Performer: Eric Johnson
Songwriter: Eric Johnson
Original Release: Bloom
Definitive Version: None
You might want to pull up a comfy chair for this one—or skip it altogether. This likely will be the longest entry of the entire blog. I even cut it in half.
Regrets. To me, life is fairly simple: The fewer regrets you have, the happier you are, period. I don’t regret a thing about my parting with my grandmother. But May 7, 2008, was a day full of regrets. The first one was I didn’t kiss Laurie goodbye, like I usually do in the morning before I go to work. Maybe it wouldn’t have changed anything, but … we’ll never know. All we know is what happened.
When Laurie went to sleep on the couch the night before, so she—and I—could get some sleep after a miserable last two weeks, things seemed to be looking up. She had been to a doctor who was working on her problem and gave her sleep pills to break the insomnia she seemingly was suffering.
I slept like a rock, which probably is why I slept through my alarm. I do this sometimes: The alarm goes off; I turn it off … and promptly fall back asleep. When I awoke, it was 6:30—a half-hour after my alarm went off. Oh CRAP! I showered as fast as I could, got dressed and rushed out the door. I could barely make out Laurie on the sofa in the dawn twilight. All I was, I overslept, gotta go. Bye! I made my train.
That afternoon, the magazine staff met to pitch story ideas for upcoming issues. I was in the midst of a glorious pitch on eBay and online auction sites when the door to the conference room swung open. It was the office manager, who said, you have an emergency phone call. She was pointing at me. My blood chilled. I knew right away what it was about. Laurie. I told the office manager to forward the call to my office and ran down the hall.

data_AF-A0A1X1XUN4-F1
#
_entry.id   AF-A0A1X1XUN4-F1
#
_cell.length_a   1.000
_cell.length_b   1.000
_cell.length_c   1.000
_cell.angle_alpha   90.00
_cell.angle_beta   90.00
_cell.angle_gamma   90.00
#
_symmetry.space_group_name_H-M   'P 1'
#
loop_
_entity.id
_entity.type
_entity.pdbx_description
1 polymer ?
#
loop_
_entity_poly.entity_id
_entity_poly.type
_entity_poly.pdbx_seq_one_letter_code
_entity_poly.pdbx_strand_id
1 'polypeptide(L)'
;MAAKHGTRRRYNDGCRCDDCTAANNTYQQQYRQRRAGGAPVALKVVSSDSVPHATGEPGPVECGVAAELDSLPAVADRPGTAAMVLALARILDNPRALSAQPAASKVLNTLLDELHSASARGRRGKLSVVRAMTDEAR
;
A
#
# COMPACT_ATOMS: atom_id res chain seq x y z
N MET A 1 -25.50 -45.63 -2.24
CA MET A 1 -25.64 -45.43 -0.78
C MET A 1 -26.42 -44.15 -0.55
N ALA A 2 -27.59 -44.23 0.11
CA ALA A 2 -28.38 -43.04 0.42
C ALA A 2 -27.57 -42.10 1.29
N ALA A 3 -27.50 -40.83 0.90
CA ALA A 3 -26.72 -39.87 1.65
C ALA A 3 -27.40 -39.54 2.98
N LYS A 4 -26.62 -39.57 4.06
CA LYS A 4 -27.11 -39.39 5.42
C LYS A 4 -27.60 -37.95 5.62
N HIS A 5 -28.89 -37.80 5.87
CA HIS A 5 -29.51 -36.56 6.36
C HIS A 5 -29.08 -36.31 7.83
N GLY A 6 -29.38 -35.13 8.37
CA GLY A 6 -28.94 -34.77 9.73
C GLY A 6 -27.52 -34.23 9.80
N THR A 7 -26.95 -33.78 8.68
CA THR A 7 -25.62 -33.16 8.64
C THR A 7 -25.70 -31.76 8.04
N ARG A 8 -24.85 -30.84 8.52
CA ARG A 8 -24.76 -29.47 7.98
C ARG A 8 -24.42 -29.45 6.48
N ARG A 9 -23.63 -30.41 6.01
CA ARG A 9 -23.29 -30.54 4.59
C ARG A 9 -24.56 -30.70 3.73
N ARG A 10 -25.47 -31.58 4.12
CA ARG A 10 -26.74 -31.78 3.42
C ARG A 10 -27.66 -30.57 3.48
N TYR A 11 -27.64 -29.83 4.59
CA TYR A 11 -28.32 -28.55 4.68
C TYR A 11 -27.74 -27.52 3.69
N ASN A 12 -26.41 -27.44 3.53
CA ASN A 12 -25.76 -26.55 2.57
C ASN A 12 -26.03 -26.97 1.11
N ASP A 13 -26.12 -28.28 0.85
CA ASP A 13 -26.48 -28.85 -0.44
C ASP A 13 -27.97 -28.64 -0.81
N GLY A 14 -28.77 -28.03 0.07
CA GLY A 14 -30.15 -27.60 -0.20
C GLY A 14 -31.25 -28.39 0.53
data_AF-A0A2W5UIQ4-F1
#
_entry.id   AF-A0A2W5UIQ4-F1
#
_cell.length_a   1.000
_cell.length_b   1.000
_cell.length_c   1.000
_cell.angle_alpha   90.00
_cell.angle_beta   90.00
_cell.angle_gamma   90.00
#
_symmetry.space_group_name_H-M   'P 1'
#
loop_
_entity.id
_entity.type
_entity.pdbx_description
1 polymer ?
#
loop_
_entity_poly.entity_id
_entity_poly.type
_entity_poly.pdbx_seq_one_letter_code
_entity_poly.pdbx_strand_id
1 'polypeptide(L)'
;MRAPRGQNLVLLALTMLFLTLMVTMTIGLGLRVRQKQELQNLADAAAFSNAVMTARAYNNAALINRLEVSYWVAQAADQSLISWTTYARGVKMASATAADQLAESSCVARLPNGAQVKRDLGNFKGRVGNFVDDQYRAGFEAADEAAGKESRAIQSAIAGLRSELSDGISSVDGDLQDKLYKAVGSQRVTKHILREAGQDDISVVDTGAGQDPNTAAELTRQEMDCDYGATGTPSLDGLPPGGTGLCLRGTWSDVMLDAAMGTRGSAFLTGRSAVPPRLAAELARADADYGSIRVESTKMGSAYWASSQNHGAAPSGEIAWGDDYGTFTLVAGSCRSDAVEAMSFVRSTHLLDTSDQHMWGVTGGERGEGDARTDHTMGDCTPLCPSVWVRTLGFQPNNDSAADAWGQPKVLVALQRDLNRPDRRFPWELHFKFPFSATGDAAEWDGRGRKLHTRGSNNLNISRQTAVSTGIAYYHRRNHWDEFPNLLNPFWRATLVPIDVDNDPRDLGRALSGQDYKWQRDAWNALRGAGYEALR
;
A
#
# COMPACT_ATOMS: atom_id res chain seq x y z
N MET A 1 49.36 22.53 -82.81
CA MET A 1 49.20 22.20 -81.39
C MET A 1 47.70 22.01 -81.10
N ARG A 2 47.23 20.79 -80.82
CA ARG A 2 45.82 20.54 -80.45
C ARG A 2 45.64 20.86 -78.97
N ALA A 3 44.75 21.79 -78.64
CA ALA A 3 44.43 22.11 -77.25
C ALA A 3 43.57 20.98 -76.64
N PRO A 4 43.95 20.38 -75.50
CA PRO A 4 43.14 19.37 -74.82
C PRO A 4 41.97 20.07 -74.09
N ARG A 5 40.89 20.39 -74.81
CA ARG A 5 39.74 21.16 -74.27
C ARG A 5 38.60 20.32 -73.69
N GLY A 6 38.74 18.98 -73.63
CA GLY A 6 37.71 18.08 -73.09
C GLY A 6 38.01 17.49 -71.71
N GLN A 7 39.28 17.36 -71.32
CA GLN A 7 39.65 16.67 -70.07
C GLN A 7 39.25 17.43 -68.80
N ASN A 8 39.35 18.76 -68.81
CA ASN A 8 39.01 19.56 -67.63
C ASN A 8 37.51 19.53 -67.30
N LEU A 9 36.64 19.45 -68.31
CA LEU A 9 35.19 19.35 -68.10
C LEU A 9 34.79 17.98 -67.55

The call was from Michael, a close friend of Laurie’s (and mine), who said there was something wrong with Laurie. He said another of Laurie’s friends, Doreen, had called earlier—just to say hey—and said Laurie sounded really out of it. She called Michael to have him check it out after trying and failing to get hold of me. When the same thing happened, he called the emergency squad.
I was afraid of this. I explained that Laurie hadn’t been feeling well and had been given sleeping pills to help her, and she probably was sleeping so hard that she seemed out of it when she likely was fine. Michael thought it went beyond that.
Well, obviously I had to get to the hospital right away to find out, and when I hung up and looked down, my message light was flashing. I had four calls—from Michael and Doreen—saying something was wrong with Laurie, and I needed to check on her.
My boss came by, and when I told him what was happening, he offered to drive me to the hospital that instant. Thanks. Michael told me Laurie was taken to Swedish Covenant Hospital, which isn’t far from our apartment.
An aside: Based on the experience of that day, if you’re in Chicago and you have to go to the hospital, don’t ever, Ever, EVER go to Swedish Covenant Hospital for any reason if you possibly can help it. Aside from the medical staff being incompetent, they’re uncaring. Five years later, I still flip the hospital the bird whenever I drive past it—which is almost every day.
Anyway, my boss dropped me off outside the ER, and I went in to find Laurie. A nurse directed me to one of the rooms, and when I got there, it was a frightening scene.
There must have been three or four people in the room, working on Laurie. She seemed to be strapped to a half-dozen monitors, including an EKG. She was trying to get out of the bed by rolling up and over the railings, while others were trying to hold her down, and she was completely incomprehensible—and afraid. She seemed to recognize me when I went to her, pulling me to her in embrace, but she couldn’t say anything, let alone explain what happened. Her blood pressure, which I could see on one of the monitors, was above 170.